Wednesday, February 1, 2017

BLACK HISTORY MONTH: Alberta officially recognizes Black History Month

Alberta officially recognizes Black History Month

Premier Rachel Notley joins Deborah Dobbins of Shiloh Baptist Church, Culture Minister Ricardo Miranda, Martella Montague of the National Black Coalition of Canada, and NDP MLA David Shepherd at a ceremony Tuesday to proclaim Black History Month. (CBC)

Alberta has become the fourth province in Canada to proclaim February as Black History Month.
Established by the federal government in 1996, the month-long celebration recognizes the contributions of people of African and Caribbean descent.
"Our historical presence is well-established but not well-known," said Deborah Dobbins, a third-generation Albertan whose family was among the first wave of black settlers to arrive in Alberta.
"The declaration, as proclaimed by the Alberta government, makes our people finally visible, acknowledged and considered worthy of annual celebration," Dobbins told a gathering at the legislature to mark the occasion.
Ricardo Miranda, Minister of Culture and Tourism
Minister of Culture and Tourism Ricardo Miranda says as a refugee he understands the need to feel welcome and recognized in your new home country.
The director of the Shiloh Centre for Multicultural Roots in Edmonton, Dobbins said her grandparents and other family members made the trek in the early 1900s from Oklahoma, Illinois, Texas and Missouri.
"Our people cleared the land, built homes, worked to contribute economic stability and continued  growth, and fought alongside others to defend our Canadian home," she said.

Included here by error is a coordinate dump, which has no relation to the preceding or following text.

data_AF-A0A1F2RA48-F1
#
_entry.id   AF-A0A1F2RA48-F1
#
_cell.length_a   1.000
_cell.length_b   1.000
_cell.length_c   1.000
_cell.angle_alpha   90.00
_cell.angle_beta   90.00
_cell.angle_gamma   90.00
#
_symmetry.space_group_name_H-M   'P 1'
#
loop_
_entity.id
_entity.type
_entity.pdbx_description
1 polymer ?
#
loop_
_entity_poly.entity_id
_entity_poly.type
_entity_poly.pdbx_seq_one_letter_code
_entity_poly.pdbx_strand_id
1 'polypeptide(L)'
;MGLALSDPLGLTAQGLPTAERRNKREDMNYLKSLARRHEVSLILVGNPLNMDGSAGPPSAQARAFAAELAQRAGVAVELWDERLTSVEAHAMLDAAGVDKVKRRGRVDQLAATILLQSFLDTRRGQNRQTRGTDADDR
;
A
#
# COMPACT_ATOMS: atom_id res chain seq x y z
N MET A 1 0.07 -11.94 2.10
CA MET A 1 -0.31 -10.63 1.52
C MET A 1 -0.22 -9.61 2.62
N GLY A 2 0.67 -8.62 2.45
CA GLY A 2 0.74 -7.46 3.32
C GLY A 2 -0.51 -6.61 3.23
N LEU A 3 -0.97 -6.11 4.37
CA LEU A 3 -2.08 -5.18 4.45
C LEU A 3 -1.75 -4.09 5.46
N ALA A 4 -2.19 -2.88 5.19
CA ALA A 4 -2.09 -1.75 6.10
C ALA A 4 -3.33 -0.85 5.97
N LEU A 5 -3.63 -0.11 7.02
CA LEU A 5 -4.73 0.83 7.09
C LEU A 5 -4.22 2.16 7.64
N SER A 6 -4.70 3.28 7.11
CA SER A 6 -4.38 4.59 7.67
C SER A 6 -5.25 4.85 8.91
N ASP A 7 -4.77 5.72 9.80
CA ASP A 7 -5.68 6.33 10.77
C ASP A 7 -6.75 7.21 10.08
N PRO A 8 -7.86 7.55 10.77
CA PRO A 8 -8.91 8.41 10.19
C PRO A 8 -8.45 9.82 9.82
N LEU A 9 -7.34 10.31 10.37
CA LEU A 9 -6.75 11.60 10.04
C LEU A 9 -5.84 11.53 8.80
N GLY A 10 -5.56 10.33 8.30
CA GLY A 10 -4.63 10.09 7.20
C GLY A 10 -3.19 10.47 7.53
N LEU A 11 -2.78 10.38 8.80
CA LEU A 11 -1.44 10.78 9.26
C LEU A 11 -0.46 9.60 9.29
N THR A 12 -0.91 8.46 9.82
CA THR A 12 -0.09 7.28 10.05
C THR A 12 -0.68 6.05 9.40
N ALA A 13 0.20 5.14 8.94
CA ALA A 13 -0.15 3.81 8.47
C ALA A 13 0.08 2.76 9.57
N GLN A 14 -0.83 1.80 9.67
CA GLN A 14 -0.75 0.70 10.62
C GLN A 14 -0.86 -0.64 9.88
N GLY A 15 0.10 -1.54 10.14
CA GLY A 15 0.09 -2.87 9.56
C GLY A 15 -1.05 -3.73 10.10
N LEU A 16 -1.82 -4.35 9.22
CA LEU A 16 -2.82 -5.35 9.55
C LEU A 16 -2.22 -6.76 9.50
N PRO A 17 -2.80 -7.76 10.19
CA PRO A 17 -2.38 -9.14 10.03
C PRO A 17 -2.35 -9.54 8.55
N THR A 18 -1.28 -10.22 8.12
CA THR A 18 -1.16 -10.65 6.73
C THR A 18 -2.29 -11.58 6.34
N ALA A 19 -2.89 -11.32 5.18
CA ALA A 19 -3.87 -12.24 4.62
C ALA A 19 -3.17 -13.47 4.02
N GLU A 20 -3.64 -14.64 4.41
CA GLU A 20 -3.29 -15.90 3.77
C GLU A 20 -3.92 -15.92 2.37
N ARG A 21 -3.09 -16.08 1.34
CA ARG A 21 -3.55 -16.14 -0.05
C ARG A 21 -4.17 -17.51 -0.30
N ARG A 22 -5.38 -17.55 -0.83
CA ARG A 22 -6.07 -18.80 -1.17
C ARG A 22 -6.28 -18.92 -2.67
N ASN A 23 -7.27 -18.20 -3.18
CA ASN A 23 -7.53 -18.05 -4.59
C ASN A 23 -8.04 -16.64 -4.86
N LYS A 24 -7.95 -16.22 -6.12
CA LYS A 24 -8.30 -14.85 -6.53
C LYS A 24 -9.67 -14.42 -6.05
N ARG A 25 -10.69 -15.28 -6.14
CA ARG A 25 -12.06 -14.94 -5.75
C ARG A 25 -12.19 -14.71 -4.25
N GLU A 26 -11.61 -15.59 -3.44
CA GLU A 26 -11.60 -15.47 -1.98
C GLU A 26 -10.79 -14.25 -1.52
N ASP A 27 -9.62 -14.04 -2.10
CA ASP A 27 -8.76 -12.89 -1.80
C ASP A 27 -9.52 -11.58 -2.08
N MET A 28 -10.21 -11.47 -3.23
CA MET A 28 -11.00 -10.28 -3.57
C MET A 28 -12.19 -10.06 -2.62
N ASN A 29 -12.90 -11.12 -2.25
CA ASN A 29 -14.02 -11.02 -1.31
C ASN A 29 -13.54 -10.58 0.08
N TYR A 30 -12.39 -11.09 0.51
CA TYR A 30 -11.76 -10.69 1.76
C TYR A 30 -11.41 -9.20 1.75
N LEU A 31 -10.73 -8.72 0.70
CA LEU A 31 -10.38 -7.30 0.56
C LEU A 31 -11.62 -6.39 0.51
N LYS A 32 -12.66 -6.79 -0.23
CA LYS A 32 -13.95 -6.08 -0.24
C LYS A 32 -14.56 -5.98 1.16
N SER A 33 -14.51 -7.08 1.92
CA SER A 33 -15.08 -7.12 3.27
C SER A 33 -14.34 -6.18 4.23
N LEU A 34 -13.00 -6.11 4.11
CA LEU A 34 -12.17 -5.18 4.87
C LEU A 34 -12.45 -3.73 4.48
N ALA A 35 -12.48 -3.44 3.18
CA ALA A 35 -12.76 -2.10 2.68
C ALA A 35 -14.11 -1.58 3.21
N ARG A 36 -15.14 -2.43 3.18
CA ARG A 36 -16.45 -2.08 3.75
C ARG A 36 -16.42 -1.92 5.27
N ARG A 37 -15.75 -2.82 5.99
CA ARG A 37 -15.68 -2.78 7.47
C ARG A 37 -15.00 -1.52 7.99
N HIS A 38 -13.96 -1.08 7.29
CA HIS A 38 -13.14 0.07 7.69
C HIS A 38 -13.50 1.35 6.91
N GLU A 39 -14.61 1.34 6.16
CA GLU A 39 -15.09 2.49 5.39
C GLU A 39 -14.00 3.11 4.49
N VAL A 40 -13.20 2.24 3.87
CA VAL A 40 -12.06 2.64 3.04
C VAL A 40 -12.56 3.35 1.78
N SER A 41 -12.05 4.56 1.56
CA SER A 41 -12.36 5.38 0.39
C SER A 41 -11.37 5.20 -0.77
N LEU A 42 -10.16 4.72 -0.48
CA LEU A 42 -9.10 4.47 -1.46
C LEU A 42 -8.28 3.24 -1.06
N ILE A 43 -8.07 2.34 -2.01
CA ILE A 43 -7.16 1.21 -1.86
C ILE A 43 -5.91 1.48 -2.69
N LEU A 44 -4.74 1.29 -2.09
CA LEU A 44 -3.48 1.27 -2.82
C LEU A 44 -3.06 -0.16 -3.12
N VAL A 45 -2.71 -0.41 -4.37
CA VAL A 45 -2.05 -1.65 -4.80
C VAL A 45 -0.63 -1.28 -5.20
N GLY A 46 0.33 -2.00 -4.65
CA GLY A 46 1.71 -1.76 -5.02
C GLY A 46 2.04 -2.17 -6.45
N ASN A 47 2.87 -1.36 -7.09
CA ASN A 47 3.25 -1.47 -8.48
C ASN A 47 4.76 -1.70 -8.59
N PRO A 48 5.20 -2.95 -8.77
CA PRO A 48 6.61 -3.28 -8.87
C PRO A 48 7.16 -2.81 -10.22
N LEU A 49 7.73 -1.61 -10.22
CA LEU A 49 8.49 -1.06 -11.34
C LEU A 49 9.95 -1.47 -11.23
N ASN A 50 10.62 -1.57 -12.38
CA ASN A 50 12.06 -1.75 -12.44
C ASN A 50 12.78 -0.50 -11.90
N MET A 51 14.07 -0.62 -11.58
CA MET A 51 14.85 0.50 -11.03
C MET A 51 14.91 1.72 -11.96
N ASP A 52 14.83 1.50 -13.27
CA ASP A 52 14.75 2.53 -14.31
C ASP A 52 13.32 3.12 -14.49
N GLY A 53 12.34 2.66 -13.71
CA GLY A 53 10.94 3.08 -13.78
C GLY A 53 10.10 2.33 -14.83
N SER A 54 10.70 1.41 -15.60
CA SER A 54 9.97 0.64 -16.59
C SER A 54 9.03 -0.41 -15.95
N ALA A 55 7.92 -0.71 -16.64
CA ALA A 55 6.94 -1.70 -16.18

The timing of the proclamation was an opportunity to drive home a point of Alberta being a welcoming place for newcomers from all over the world.


Shook us to our Canadian core

"Our diversity is our strength," said Premier Rachel Notley, who acknowledged that events of the past few days are a reminder of the lingering existence of "prejudice and injustice."
"We're reminded of this Sunday night in the starkest possible way with the horrific  attack of a mosque in Quebec. That attack shook us to our Canadian core, and in doing so it also brought us all together."
Culture and Tourism Minister Ricardo Miranda, who came to Canada in 1988 as a refugee from Nicaragua, said he understood the importance of being recognized and feeling welcome in your new home country.
"Especially these days, when people are feeling a little bit threatened, it's important to come back to our history and really connect to our past and say, 'Yes, there were some difficult moments, but look at what we've accomplished as a people together.' "
The first official event to recognize Black History Month in Alberta will be held at 6 p.m. Thursday in the legislature rotunda. The public event will feature performances by several musicians and a spoken word artist.